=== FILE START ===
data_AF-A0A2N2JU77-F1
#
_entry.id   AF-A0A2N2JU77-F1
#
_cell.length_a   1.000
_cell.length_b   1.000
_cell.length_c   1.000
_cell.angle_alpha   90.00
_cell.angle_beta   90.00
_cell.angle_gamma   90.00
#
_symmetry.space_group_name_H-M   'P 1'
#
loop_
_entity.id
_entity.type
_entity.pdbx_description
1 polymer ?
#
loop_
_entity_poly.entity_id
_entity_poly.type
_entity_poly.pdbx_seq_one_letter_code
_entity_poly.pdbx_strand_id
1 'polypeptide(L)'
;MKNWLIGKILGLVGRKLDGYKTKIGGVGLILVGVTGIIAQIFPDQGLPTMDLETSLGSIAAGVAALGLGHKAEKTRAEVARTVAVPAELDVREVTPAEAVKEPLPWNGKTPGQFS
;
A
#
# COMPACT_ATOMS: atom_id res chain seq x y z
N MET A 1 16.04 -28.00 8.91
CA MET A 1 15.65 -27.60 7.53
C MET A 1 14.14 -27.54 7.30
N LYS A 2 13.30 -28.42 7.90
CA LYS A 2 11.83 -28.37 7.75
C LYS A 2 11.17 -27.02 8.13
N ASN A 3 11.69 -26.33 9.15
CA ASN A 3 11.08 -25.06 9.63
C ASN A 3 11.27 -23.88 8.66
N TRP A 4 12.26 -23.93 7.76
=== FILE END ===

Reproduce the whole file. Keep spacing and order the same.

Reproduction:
data_AF-A0A2N2JU77-F1
#
_entry.id   AF-A0A2N2JU77-F1
#
_cell.length_a   1.000
_cell.length_b   1.000
_cell.length_c   1.000
_cell.angle_alpha   90.00
_cell.angle_beta   90.00
_cell.angle_gamma   90.00
#
_symmetry.space_group_name_H-M   'P 1'
#
loop_
_entity.id
_entity.type
_entity.pdbx_description
1 polymer ?
#
loop_
_entity_poly.entity_id
_entity_poly.type
_entity_poly.pdbx_seq_one_letter_code
_entity_poly.pdbx_strand_id
1 'polypeptide(L)'
;MKNWLIGKILGLVGRKLDGYKTKIGGVGLILVGVTGIIAQIFPDQGLPTMDLETSLGSIAAGVAALGLGHKAEKTRAEVARTVAVPAELDVREVTPAEAVKEPLPWNGKTPGQFS
;
A
#
# COMPACT_ATOMS: atom_id res chain seq x y z
N MET A 1 16.04 -28.00 8.91
CA MET A 1 15.65 -27.60 7.53
C MET A 1 14.14 -27.54 7.30
N LYS A 2 13.30 -28.42 7.90
CA LYS A 2 11.83 -28.37 7.75
C LYS A 2 11.17 -27.02 8.13
N ASN A 3 11.69 -26.33 9.15
CA ASN A 3 11.08 -25.06 9.63
C ASN A 3 11.27 -23.88 8.66
N TRP A 4 12.26 -23.93 7.76